How Not to Climb - Part 1

Steven Colbert has on ongoing segment in his show called "Better Know a District", in which he interviews someone elected to one of the 435 seats in the House of Representatives. He always refers to a segment as "part X in our 435 part series". This may be part 1 in an 435-part series on ways not to climb.

I was bored while sipping my coffee this morning, and rather than do something more enlightening, such as memorizing the phonebook or banging my forehead against the wall, I made the intractable mistake of reading discussions on www.mountainproject.com. In one of these threads, the question was asked:
How would you use the rope to equalize 3 bomber pieces in a crack, with a 4 piece place for an upward pull?
To which I'd answer:
Sliding X or cloves with the rope or something, but more importantly stop placing gear after the first two bomber pieces, and you'll have more gear for the next lead and more daylight for the descent.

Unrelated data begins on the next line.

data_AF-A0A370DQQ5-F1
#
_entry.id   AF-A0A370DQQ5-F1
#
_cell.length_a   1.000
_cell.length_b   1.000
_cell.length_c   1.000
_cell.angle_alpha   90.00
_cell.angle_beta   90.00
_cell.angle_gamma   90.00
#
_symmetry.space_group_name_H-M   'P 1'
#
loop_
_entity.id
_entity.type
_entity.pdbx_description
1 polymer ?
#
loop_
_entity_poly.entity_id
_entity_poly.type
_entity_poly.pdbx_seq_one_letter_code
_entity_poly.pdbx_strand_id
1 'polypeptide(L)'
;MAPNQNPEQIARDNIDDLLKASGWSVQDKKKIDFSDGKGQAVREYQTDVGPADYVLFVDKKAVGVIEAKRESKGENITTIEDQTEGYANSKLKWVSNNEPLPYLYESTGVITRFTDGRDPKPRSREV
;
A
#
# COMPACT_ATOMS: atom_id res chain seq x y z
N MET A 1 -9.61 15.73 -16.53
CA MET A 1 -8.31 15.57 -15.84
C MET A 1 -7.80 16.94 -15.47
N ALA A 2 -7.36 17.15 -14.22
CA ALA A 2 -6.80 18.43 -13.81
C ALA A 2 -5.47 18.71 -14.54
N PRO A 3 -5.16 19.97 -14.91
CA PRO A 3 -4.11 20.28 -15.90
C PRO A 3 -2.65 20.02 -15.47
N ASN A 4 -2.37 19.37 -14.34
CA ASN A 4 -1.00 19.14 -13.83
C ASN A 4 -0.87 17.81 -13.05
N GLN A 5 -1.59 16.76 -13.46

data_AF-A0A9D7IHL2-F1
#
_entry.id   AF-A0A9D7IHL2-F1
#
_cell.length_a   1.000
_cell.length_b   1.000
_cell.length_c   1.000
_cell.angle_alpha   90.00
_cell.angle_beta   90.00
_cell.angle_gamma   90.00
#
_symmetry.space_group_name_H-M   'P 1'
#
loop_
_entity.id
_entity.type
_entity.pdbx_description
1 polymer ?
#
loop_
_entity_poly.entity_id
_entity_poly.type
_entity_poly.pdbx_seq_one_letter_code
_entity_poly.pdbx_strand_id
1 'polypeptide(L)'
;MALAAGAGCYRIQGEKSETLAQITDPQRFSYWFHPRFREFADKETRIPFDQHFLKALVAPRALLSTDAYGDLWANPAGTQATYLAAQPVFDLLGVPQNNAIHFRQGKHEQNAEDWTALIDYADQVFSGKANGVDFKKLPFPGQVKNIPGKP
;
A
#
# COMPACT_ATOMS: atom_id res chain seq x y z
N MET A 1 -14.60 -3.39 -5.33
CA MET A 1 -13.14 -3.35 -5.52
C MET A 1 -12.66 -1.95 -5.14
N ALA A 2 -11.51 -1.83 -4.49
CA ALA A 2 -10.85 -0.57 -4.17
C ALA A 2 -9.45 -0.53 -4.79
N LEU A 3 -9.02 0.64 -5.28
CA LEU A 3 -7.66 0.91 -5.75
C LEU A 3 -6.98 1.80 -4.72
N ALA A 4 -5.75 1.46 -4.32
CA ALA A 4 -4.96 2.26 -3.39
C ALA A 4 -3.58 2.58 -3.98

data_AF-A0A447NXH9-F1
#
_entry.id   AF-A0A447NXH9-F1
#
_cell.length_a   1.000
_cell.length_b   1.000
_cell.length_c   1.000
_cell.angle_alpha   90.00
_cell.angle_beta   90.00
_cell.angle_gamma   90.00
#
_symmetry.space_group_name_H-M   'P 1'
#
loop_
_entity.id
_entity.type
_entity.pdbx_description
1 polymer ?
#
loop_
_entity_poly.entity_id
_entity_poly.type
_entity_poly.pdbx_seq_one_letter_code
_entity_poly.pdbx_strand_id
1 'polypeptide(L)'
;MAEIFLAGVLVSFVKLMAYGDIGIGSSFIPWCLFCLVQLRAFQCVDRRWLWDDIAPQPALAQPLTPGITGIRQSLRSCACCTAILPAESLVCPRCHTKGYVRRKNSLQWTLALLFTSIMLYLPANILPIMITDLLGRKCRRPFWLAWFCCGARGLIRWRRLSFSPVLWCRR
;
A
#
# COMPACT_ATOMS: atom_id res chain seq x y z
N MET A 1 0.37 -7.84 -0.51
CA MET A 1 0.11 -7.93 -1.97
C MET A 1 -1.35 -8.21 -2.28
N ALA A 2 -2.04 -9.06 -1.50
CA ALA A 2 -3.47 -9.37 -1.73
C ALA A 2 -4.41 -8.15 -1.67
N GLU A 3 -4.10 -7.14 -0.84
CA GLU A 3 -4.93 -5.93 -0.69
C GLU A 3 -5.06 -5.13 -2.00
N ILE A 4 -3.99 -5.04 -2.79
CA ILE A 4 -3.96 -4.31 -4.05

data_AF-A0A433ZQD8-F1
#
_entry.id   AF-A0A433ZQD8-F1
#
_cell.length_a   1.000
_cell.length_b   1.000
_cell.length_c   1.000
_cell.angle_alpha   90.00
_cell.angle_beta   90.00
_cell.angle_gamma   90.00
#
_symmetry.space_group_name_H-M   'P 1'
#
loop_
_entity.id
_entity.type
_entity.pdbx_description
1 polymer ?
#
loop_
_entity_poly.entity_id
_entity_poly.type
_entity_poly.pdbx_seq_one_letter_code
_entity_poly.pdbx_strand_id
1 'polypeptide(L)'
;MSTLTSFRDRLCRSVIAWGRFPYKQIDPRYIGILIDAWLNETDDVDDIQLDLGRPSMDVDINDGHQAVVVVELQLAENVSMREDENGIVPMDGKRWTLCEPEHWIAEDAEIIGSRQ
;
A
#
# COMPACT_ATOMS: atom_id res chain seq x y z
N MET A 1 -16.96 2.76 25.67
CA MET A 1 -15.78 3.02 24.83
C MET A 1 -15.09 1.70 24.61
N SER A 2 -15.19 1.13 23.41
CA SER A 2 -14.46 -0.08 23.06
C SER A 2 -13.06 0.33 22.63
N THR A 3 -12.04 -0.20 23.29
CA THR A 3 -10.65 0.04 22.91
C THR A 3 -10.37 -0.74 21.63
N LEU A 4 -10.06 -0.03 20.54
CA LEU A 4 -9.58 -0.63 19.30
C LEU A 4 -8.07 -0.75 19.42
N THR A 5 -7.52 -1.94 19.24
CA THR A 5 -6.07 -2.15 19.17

Don't make belay anchors like this. If you see one in real life, and its creator will not let your party pass up their party, bail while it's still light out.

People spend about 90% of their nervous energy worrying about stuff like redundantly-equalized 12-piece web-o-lette anchor installations, meanwhile we have folks decking from 6 bolts up a sport climb when their (homemade and glued!) quickdraw falls apart and their belayer doesn't catch them. Anchor failure is a scary prospect but how often does it happen? (and anchors are weighted almost atop every pitch) Meanwhile, things like miscommunication, rappel/lower off ends of rope, etc are hurting or killing folks seemingly every week.


Alpine GriGri

Check out the first in a series of gear and technique related articles I wrote for the site www.cascadeclimbers.com